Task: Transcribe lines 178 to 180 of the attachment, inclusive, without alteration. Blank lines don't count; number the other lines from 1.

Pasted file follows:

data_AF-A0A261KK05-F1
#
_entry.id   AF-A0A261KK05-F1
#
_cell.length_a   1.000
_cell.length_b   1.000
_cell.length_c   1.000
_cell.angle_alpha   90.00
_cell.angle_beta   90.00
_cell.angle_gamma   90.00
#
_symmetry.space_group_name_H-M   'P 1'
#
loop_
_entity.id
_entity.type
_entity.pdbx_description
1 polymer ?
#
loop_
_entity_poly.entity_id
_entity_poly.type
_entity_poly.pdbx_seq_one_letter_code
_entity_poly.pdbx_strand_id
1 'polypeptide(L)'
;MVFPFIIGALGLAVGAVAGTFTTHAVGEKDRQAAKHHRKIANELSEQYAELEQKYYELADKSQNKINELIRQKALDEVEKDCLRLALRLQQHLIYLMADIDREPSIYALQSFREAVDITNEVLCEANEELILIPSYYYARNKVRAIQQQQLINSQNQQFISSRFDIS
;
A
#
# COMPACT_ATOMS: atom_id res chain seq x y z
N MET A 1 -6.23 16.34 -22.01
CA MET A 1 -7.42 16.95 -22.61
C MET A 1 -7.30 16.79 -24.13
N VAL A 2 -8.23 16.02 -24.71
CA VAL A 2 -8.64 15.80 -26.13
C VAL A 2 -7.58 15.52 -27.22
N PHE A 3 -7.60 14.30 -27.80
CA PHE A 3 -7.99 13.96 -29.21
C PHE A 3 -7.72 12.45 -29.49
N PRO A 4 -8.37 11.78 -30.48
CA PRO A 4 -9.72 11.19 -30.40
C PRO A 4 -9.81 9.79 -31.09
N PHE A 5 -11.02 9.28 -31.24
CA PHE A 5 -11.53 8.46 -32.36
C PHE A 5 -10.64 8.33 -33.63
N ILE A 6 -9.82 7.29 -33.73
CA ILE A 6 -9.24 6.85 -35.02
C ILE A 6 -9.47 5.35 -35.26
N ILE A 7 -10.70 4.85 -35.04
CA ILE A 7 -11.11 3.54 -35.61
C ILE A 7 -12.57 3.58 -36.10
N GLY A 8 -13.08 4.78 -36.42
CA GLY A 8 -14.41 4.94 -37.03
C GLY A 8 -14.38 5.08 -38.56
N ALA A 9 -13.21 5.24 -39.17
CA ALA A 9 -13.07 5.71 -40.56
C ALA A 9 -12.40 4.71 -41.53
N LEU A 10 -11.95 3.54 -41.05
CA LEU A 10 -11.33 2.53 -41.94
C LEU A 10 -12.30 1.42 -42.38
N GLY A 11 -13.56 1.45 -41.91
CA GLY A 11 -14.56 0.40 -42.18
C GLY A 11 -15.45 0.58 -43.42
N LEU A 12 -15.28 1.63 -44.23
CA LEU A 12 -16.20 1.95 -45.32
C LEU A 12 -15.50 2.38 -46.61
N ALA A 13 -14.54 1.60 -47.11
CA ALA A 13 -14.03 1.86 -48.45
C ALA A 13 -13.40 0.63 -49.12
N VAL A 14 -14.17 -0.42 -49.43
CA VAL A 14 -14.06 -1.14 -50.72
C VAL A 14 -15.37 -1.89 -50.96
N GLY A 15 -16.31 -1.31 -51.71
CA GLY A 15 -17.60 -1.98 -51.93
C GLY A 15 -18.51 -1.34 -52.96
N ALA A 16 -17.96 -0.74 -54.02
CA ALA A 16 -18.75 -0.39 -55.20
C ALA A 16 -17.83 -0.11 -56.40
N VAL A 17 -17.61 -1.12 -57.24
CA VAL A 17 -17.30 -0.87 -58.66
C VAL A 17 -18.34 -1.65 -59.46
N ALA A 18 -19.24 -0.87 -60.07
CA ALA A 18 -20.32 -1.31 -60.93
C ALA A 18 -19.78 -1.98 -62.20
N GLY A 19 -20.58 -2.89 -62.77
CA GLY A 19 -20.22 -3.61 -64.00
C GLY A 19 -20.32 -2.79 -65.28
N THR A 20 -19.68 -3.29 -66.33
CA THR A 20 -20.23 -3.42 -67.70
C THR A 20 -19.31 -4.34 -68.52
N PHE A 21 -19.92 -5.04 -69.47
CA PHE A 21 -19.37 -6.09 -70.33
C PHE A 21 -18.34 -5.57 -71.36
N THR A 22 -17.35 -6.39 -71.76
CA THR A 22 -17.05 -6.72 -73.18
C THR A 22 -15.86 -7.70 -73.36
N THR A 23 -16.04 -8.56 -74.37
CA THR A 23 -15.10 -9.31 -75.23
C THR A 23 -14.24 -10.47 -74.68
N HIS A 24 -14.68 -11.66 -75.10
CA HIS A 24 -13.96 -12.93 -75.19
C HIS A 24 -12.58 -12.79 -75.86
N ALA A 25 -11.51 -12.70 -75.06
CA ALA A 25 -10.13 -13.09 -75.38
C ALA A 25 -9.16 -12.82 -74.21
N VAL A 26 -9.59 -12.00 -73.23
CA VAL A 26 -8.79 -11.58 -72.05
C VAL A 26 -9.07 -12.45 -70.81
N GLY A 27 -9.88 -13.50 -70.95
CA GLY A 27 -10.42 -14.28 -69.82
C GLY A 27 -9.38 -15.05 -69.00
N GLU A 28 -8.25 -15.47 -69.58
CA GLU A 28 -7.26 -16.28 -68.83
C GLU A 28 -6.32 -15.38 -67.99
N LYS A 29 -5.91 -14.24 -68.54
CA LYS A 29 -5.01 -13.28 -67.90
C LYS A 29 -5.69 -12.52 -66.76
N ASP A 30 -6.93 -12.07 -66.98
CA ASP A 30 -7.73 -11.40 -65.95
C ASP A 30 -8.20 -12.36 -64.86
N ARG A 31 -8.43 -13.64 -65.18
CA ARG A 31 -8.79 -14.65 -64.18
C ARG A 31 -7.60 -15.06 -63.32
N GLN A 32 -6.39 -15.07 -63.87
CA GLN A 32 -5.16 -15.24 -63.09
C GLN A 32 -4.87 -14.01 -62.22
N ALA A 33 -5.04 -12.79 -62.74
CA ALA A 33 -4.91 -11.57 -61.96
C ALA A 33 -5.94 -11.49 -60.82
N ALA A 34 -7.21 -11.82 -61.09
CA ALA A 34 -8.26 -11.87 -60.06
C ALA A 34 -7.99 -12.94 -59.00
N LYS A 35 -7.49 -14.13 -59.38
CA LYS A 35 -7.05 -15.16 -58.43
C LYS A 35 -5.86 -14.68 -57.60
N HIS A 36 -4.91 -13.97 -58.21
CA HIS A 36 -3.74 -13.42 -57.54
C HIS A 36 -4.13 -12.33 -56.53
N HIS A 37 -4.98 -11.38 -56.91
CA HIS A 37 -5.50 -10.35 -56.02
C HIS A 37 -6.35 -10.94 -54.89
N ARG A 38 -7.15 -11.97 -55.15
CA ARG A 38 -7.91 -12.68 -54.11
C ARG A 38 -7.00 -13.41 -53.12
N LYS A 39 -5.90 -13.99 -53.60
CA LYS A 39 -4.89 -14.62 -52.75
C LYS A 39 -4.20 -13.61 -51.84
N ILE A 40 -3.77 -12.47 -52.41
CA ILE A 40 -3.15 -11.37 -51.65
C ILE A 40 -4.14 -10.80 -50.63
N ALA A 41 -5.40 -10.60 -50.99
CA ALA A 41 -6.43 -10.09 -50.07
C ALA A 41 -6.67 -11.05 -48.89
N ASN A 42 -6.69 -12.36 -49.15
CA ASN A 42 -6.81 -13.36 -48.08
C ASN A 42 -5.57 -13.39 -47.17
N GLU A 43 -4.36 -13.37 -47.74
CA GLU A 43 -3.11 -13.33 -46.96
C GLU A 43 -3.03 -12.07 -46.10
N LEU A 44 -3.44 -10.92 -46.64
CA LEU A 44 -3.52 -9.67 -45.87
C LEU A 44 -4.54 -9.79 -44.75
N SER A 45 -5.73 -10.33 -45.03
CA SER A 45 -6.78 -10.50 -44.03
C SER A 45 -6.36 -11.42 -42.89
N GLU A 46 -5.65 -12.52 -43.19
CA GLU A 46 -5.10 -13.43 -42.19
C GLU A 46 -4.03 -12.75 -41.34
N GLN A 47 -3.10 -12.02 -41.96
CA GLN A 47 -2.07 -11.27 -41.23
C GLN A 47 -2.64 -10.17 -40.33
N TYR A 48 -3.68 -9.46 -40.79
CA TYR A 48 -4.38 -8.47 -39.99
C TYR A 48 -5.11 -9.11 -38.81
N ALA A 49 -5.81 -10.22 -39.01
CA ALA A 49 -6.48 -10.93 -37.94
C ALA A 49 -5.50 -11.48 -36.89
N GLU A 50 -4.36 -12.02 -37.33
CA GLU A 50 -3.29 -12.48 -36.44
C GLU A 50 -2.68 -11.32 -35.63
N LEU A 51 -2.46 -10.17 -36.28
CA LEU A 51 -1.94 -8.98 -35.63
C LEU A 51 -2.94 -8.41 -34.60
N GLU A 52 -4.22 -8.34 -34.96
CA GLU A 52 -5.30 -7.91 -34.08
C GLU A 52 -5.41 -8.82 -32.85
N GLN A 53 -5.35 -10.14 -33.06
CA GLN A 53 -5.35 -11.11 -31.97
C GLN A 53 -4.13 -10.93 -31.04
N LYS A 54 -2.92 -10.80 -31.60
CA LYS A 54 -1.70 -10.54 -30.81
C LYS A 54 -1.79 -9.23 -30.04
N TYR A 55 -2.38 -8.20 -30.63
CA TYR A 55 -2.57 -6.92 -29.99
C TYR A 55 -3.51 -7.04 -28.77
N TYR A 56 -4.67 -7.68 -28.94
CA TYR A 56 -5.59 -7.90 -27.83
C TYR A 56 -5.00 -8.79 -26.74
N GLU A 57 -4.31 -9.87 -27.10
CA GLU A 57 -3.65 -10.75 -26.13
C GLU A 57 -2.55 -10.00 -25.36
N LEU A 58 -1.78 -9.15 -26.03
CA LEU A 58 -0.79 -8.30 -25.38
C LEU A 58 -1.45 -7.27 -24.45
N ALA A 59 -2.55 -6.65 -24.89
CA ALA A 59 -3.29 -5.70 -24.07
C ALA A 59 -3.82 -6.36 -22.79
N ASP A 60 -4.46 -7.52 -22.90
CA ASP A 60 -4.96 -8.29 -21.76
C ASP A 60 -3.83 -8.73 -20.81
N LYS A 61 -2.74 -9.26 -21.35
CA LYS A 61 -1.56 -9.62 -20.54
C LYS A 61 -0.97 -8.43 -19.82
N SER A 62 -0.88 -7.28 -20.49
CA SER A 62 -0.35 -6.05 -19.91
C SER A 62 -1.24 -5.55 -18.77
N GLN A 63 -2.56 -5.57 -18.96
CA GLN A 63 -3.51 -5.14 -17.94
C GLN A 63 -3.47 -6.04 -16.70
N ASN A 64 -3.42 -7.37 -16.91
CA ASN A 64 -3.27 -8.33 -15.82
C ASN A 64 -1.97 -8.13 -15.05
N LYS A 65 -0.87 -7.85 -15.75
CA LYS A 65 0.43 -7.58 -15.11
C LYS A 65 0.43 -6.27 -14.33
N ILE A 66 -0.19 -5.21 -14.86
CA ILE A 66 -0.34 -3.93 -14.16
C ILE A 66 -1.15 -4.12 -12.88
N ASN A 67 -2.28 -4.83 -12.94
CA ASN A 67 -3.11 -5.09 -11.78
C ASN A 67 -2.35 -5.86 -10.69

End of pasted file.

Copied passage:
N GLU A 50 -4.36 -12.02 -37.33
CA GLU A 50 -3.29 -12.48 -36.44
C GLU A 50 -2.68 -11.32 -35.63